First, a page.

Cornelius Rogge. Works from the Collection
Dec 12, 2020 - Oct 31, 2021
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Cornelius Rogge (Amsterdam, 1932) is no stranger to the Kröller-Müller Museum: his Tent project has been standing in the sculpture garden since 1975. In addition to a series of drawings for this project, the exhibition includes works from various phases of his oeuvre: shiny steel tables, papier-mâché tabernacles and a cast-iron ‘battle cart’.

Secrets The Tent project is a group of six large brown canvas tents. These are no ordinary tents. Some have the shape of a truncated pyramid or cone, others resemble a wigwam or a ziggurat. Moreover, the tents have no entrances. Whatever lies within them remains literally in the dark. Rogge offers us no concrete solutions or answers. On the contrary: with the mundane object of the tent, he calls attention to the inexplicable. ‘I sometimes compare it with the church. There, secrets also exist, which one cannot penetrate. Every culture always has mysteries that are inaccessible to people. And that mystery has disappeared in modern culture. Perhaps today’s art has the task of bringing back mystery.’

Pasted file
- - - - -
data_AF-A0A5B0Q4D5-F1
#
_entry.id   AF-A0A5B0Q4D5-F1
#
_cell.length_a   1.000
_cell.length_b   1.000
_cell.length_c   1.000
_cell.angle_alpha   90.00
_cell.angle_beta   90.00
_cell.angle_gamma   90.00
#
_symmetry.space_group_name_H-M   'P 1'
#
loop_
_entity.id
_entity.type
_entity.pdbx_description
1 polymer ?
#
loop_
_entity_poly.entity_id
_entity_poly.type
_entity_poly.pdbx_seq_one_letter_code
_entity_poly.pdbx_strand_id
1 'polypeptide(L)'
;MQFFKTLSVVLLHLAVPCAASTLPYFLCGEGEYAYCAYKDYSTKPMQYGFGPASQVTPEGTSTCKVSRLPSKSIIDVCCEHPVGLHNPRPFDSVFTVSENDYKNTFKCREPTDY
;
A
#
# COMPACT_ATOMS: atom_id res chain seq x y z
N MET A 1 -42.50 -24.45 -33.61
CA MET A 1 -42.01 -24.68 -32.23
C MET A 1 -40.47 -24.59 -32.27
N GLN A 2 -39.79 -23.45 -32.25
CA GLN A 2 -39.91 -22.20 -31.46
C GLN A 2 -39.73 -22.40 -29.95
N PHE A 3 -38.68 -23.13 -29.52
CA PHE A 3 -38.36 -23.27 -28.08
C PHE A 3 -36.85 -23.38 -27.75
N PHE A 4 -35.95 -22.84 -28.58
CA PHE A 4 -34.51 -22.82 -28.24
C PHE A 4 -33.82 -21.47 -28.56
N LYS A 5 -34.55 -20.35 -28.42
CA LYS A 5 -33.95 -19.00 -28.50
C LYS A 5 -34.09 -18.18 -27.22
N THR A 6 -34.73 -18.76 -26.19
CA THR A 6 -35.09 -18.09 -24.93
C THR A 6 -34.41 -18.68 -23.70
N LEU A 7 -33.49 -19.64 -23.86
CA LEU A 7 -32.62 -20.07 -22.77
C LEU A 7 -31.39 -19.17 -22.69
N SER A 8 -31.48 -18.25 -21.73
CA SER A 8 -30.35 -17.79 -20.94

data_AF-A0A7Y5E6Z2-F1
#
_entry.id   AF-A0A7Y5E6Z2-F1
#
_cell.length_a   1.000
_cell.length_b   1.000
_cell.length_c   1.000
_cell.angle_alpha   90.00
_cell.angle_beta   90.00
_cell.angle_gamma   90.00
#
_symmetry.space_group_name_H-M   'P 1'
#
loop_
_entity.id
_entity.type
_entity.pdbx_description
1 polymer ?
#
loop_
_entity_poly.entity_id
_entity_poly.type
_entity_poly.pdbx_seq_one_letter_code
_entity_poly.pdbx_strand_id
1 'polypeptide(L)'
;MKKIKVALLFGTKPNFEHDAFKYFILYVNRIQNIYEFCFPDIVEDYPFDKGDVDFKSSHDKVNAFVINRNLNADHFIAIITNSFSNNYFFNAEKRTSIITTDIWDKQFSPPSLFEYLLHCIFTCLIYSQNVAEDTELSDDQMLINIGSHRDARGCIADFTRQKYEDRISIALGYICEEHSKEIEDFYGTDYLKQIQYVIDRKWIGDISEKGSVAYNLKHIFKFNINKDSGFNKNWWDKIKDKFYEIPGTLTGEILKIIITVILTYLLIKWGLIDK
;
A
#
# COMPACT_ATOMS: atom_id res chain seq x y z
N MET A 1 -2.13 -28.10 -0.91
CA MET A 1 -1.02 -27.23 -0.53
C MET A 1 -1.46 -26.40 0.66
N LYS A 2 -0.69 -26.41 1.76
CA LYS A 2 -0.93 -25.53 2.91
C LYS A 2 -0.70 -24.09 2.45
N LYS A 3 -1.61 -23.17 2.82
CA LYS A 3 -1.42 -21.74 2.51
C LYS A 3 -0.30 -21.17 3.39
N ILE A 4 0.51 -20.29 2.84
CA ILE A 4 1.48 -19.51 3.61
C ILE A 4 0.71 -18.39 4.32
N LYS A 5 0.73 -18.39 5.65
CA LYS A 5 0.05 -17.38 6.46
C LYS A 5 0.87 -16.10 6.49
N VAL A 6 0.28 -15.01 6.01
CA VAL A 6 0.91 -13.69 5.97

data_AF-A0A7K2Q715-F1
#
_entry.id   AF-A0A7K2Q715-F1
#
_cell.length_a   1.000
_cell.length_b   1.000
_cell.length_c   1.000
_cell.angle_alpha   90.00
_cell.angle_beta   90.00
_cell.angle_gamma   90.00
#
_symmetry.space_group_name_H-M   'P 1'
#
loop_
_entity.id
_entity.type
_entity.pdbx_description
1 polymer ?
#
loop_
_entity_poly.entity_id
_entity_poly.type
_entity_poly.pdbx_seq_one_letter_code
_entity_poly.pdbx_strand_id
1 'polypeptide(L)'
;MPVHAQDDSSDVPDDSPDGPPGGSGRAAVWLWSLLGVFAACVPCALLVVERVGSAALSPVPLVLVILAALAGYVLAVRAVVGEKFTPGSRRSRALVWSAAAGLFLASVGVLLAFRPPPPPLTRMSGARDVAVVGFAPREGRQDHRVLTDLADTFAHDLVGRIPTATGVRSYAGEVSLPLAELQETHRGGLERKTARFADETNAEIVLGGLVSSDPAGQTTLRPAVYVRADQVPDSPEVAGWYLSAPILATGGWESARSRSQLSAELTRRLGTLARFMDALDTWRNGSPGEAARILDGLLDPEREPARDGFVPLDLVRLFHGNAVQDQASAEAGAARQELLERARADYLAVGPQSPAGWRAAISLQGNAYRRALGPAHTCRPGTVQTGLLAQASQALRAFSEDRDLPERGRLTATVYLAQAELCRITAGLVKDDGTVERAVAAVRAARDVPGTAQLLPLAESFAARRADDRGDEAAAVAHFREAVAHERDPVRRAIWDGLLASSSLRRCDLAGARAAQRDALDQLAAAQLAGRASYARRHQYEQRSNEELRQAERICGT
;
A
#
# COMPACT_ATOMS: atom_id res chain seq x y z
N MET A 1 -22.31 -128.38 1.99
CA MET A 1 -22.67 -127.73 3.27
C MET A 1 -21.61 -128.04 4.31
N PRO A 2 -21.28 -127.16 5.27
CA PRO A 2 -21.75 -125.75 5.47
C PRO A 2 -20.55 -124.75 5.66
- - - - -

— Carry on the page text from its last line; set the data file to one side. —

Rogge, who was raised in a theosophical milieu, searches for what lies behind outward appearances, in the knowledge that he will never really succeed and that humankind has to live with ambiguity and the inexplicable.

Tables His work develops in successive phases which are outwardly very different in appearance. In 1968 he begins a phase of chromed steel ‘tables’ with strange ‘objects’. In the final work in this series, Table with four squares, sword-like shapes protrude through the table top. In the next phase the tables are separated from their base and they are hung on the wall as wall sculptures.

In the 1980s, Rogge transforms the guy lines of his tents into the ribs of towers and tabernacles of papier-mâché, and then into the spokes of wagon wheels. Unlike the hermetic ‘structures’, the wagons seem to have nothing to hide. In complete openness, they carry their burden: a large cast-iron sword. But here too, Rogge offers us only external appearances and attributes that are rich in connotations.
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